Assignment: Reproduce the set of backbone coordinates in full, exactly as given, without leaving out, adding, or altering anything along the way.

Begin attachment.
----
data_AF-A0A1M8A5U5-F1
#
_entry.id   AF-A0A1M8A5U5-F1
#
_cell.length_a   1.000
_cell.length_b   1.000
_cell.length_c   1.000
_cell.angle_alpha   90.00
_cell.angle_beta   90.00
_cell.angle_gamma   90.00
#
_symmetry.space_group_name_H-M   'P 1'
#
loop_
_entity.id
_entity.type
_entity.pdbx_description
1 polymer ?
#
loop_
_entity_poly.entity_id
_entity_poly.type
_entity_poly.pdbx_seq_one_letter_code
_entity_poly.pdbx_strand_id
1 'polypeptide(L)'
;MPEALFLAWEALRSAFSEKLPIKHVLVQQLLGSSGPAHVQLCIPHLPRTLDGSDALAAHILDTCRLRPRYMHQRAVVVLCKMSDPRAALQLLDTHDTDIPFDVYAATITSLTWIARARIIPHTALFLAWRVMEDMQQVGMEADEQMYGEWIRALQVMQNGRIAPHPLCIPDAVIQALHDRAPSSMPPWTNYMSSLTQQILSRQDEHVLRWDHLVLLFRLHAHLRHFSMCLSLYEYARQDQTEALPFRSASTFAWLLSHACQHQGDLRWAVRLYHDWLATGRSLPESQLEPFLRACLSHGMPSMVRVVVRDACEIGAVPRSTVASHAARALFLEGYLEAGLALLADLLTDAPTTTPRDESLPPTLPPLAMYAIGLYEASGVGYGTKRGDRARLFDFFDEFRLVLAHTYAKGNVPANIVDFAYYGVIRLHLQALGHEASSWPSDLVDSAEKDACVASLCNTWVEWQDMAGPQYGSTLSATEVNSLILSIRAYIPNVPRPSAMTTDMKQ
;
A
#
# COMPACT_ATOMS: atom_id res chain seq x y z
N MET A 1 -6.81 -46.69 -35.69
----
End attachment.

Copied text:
data_AF-A0A1M8A5U5-F1
#
_entry.id   AF-A0A1M8A5U5-F1
#
_cell.length_a   1.000
_cell.length_b   1.000
_cell.length_c   1.000
_cell.angle_alpha   90.00
_cell.angle_beta   90.00
_cell.angle_gamma   90.00
#
_symmetry.space_group_name_H-M   'P 1'
#
loop_
_entity.id
_entity.type
_entity.pdbx_description
1 polymer ?
#
loop_
_entity_poly.entity_id
_entity_poly.type
_entity_poly.pdbx_seq_one_letter_code
_entity_poly.pdbx_strand_id
1 'polypeptide(L)'
;MPEALFLAWEALRSAFSEKLPIKHVLVQQLLGSSGPAHVQLCIPHLPRTLDGSDALAAHILDTCRLRPRYMHQRAVVVLCKMSDPRAALQLLDTHDTDIPFDVYAATITSLTWIARARIIPHTALFLAWRVMEDMQQVGMEADEQMYGEWIRALQVMQNGRIAPHPLCIPDAVIQALHDRAPSSMPPWTNYMSSLTQQILSRQDEHVLRWDHLVLLFRLHAHLRHFSMCLSLYEYARQDQTEALPFRSASTFAWLLSHACQHQGDLRWAVRLYHDWLATGRSLPESQLEPFLRACLSHGMPSMVRVVVRDACEIGAVPRSTVASHAARALFLEGYLEAGLALLADLLTDAPTTTPRDESLPPTLPPLAMYAIGLYEASGVGYGTKRGDRARLFDFFDEFRLVLAHTYAKGNVPANIVDFAYYGVIRLHLQALGHEASSWPSDLVDSAEKDACVASLCNTWVEWQDMAGPQYGSTLSATEVNSLILSIRAYIPNVPRPSAMTTDMKQ
;
A
#
# COMPACT_ATOMS: atom_id res chain seq x y z
N MET A 1 -6.81 -46.69 -35.69